As the deadly Ebola virus outbreak in the Democratic Republic of Congo continues, with the first cases emerging in neighbouring Uganda this week, the EU has announced further emergency funding of €3.5 million, of which €2.5 million is for Uganda and €1 million for South Sudan. The aid package will strengthen rapid detection and reaction to Ebola cases. Today’s funding comes on top of the EU support for the Ebola response in the Democratic Republic of Congo and prevention and preparedness actions in Uganda, South Sudan, Rwanda and Burundi.
Christos Stylianides, Commissioner for Humanitarian Aid and Crisis management and EU Ebola coordinator said: “We are doing all we can to save lives and stop further Ebola cases. Today, our main task is not only to help the Democratic Republic of Congo, but also assist neighbouring countries like Uganda. Here, our funding is helping with surveillance, work with local communities, and boosting local capacities for these countries to take timely and effective action. We are committed to continue our assistance to bring this outbreak to an end, for as long as it takes.”
In co-ordination with other international donors and in line with the World Health Organization’s Regional Strategic Ebola Response and Preparedness Plans, EU funding is contributing towards measures that include mainly:
- the strengthening of disease surveillance at community level, health facilities and points of entry (border crossing points);
- the training of rapid response teams;
- the training of healthcare and frontline workers on contact-tracing, infection prevention and control measures, psychosocial support, and safe and dignified burials;
- local capacity-building by equipping medical treatment facilities; and
- community awareness-raising.
EU humanitarian health experts in the Democratic Republic of Congo, Uganda and the region are coordinating the response and they are in daily contact with the health authorities in these countries, the World Health Organization and operational partners.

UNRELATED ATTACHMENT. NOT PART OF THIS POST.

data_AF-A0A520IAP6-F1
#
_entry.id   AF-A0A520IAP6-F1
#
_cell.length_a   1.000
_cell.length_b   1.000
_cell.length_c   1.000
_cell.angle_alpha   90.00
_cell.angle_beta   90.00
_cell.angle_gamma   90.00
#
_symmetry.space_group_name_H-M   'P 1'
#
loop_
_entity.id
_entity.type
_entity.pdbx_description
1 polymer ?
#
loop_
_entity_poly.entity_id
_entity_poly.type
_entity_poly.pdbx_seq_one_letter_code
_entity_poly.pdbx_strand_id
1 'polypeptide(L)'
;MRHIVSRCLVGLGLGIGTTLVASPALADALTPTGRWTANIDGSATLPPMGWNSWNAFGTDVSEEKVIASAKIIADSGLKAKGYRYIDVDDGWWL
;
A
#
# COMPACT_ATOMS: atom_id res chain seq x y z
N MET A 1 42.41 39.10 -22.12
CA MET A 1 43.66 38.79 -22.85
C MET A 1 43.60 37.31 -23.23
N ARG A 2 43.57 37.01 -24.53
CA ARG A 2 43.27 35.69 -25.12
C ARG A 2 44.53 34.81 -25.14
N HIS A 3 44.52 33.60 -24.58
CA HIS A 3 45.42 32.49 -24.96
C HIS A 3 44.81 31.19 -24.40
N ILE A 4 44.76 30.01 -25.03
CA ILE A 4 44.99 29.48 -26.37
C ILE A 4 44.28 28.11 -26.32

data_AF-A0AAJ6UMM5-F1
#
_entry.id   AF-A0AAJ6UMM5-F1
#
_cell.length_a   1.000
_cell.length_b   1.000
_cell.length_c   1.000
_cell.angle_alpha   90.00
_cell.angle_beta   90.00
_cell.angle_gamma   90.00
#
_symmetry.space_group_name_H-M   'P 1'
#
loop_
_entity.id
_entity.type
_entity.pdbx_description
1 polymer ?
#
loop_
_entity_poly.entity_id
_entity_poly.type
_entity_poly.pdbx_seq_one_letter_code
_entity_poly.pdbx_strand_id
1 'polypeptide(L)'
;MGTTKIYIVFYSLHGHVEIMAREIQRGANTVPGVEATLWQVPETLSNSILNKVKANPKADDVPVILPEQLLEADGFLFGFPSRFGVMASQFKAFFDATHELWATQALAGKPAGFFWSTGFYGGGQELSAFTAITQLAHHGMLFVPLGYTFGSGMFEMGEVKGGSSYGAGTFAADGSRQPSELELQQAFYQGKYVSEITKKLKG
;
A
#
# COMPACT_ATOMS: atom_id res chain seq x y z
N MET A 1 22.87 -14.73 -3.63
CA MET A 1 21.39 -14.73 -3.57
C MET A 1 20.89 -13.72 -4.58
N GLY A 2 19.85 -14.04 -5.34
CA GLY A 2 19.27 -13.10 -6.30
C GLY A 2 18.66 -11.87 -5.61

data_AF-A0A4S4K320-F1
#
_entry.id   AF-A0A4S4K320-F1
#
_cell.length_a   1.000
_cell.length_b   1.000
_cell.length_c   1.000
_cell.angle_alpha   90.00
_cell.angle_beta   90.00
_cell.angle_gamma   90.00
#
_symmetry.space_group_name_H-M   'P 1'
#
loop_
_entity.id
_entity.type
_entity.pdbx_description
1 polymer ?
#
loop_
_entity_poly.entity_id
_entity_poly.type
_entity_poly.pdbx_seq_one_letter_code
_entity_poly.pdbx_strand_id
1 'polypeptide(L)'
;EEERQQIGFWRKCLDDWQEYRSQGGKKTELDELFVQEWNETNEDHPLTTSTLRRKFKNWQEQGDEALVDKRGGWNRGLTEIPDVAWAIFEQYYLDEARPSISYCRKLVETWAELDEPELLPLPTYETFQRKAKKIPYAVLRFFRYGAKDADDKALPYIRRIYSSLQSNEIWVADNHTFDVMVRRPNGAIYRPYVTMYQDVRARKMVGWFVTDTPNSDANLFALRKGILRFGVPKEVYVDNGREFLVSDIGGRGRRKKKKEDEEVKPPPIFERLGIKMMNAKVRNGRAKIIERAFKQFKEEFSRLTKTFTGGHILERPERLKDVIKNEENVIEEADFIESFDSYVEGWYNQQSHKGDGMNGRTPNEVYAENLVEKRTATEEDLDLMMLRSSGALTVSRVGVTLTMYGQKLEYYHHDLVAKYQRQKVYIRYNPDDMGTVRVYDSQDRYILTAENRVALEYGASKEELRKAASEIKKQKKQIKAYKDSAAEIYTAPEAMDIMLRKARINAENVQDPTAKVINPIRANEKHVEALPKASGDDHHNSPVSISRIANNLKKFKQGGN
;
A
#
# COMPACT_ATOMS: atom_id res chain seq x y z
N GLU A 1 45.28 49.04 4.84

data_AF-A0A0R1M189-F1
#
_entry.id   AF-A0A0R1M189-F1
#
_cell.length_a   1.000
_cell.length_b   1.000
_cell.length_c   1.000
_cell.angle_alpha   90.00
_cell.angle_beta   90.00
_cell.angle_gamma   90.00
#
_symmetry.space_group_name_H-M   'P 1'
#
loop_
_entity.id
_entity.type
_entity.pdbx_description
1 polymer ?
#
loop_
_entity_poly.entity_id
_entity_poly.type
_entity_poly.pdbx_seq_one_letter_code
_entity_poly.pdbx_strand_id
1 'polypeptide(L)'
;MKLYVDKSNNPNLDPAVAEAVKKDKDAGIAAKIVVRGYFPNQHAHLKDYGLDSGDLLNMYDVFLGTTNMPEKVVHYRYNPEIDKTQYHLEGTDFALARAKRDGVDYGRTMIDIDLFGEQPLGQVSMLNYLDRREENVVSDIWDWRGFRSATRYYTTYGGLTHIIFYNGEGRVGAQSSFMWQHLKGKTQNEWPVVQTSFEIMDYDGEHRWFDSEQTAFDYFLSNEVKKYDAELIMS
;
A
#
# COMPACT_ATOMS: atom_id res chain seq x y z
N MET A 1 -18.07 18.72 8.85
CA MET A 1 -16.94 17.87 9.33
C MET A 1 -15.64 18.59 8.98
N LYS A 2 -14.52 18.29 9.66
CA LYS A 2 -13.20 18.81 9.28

In a controversial decision, the World Health Organization (WHO) has again declined to declare Africa’s latest Ebola outbreak global alert, although the desease has killed more than 1400 people and just crossed into a new country.
“It was the view of the committee that the outbreak is a health emergency in the Democratic Republic of Congo and the region, but it does not meet all criteria,” Preben Aavitsland, acting chair of an expert committee convened by WHO, said at a press conference in Geneva, Switzerland.
The committee gathered for the third time after news emerged this week that the virus had spread from the Democratic Republic of Congo (DRC) to neighboring Uganda, so far claimed lives of two people there—a 5-year-old boy and his grandmother—who had crossed the border.
Many infectious disease experts and public officials had expected, and called for WHO to declare a Public Health Emergency of International Concern (PHEIC) when Ebola broke out of the DRC.
*I’m baffled and deeply troubled by this decision,” Lawrence Gostin, director of the O’Neill Institute for National and Global Health Law at Georgetown University in Washington, D.C.. “The status quo is no longer tenable. It is time to sound a global alert.”
The Foreign Affairs Council will start with a discussion on current affairs. The High Representative and foreign ministers may refer to the situation in the Democratic Republic of Congo. (Image: EU top diplomat Federica Mogherini doorstep before the Foreign Affairs Council).